Former journalist and current Council of Ministers spokesman Ek Tha recently published the second edition of his war novel Fight the Enemy, Find Love after more than 600 copies of the English version were sold.
The novel follows the life of a Vietnamese soldier named Hung who wanted to save Cambodian children from being tortured and killed by the Khmer Rouge.
But in the novel, Hung ends up being saved by the beautiful daughter of a Khmer Rouge commander, Reach Bopha-Ek, after he gets lost in the jungle. The two fall in love amid war.
“The Vietnamese were the number one enemy of the Khmer Rouge and vice-versa. But no one has heard the story of the Vietnamese soldier who gets lost in the jungle and falls in love with the beautiful daughter of a Khmer Rouge commander,” Tha said.
He said 1,000 copies of the first English edition of the book were printed in 2018, and more than 600 were sold. Another 1,000 English versions of the book were printed in the last two weeks, while the Khmer version will be released at a future date.
Tha lived as a refugee in South Vietnam from the early 1970s to 1979. He didn’t fight in Cambodia’s civil war, but he learned a great deal from his experience living in Vietnam.
When he returned to Cambodia after the fall of the Khmer Rouge in early 1979, he learned more about Cambodia’s history and its developing trends.
“I went through those periods and I witnessed a lot of things. I have no difficulties in writing such a novel by transforming ‘partial facts’ into a romance with sweet and bitter memories,” he said.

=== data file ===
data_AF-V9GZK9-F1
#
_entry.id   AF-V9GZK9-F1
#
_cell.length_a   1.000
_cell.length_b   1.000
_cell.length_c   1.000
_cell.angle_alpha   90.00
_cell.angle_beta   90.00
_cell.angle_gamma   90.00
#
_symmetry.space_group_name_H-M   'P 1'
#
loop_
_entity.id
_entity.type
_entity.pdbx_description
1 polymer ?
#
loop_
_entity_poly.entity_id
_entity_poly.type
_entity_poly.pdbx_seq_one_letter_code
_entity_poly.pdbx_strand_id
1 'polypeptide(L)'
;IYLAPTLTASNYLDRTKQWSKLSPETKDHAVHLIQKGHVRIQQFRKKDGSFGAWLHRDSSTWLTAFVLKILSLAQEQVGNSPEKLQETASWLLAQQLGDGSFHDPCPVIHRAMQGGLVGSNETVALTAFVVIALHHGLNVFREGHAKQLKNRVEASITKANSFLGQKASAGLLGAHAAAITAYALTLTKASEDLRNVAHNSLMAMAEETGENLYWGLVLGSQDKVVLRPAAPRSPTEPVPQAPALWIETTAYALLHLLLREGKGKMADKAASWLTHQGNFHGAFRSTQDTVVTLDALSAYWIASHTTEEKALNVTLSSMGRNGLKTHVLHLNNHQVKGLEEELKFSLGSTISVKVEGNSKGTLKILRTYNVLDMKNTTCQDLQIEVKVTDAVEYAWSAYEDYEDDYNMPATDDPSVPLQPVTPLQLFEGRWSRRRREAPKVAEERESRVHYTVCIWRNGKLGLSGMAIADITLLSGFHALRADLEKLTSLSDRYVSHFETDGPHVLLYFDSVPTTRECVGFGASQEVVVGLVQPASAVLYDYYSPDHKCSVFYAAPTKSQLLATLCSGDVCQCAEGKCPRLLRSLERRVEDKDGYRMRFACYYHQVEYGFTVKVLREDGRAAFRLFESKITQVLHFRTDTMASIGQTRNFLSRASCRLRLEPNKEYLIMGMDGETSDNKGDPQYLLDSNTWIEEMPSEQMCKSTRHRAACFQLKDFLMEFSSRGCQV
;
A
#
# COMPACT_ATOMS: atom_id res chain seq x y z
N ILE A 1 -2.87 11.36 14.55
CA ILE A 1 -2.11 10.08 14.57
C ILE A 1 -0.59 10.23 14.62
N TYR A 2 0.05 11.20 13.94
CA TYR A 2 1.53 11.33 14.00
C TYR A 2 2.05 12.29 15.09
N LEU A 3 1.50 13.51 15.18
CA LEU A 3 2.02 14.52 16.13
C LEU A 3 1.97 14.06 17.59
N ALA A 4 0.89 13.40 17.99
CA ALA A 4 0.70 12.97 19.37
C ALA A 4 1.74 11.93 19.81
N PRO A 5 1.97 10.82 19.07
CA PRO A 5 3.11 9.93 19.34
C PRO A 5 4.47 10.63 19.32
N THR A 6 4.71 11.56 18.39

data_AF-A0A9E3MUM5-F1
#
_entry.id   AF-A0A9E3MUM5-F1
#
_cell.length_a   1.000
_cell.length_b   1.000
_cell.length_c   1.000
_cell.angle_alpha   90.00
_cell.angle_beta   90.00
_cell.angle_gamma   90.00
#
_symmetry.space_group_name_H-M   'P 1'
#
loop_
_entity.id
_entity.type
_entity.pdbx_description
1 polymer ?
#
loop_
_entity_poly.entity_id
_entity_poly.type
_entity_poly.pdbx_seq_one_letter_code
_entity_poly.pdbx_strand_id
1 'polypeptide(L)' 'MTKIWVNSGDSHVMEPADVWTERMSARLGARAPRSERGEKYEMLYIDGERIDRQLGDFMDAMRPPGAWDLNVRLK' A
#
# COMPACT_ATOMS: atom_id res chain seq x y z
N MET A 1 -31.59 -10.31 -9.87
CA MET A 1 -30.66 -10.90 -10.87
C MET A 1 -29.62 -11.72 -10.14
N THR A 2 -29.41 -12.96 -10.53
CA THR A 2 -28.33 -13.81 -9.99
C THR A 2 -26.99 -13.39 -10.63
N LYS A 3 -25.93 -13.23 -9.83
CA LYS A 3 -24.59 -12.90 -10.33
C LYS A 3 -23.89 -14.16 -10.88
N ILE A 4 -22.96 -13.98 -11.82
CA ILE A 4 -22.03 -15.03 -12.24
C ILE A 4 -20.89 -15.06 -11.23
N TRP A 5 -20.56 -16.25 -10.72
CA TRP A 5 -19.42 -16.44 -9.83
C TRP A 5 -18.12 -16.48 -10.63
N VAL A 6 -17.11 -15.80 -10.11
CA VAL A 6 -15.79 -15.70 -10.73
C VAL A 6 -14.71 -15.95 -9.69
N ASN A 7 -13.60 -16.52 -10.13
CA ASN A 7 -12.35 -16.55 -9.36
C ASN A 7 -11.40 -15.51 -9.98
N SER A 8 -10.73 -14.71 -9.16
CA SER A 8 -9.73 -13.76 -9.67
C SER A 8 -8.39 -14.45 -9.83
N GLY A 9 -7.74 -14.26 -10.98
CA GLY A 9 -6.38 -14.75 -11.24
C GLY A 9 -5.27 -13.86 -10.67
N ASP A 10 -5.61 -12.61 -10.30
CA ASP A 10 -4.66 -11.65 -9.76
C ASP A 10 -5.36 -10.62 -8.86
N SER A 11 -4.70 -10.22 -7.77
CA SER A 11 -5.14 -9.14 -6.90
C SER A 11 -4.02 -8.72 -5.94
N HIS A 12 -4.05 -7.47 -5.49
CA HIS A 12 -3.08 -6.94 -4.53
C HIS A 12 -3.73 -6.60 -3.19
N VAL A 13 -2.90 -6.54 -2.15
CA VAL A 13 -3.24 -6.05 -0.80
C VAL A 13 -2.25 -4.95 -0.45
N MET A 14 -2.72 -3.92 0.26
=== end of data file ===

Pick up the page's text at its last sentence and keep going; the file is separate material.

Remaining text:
He said he wanted to write the novel to wake up the armed forces, from the police to soldiers in every corner of the world. Tha believes they should not simply raise their guns and shoot at people they perceive to be the enemy.
“Like in chapter seven and eight in the novel. It’s about how to be thoughtful as an armed man. There is no point in ending conflict by using weapons or any type of force, but negotiations, friendship and love,” he said.
Tha said he wanted to refresh his memories of both good and bad experiences so that the world’s younger generation, and not only Cambodians and Vietnamese, can learn about the past.
“I really want the younger generation to understand that they cannot change the past but they can learn from it. They can avoid repeating the past by putting their differences aside, dropping their guns and turning to love.
“I want to leave a message to the younger generation that only friendship, love and respect can maintain strong ties for peace, mutual benefits, and a better world,” he said.
His ultimate goal of writing this novel, Tha said, is to change the human perception of seeing each other as foes instead of friends.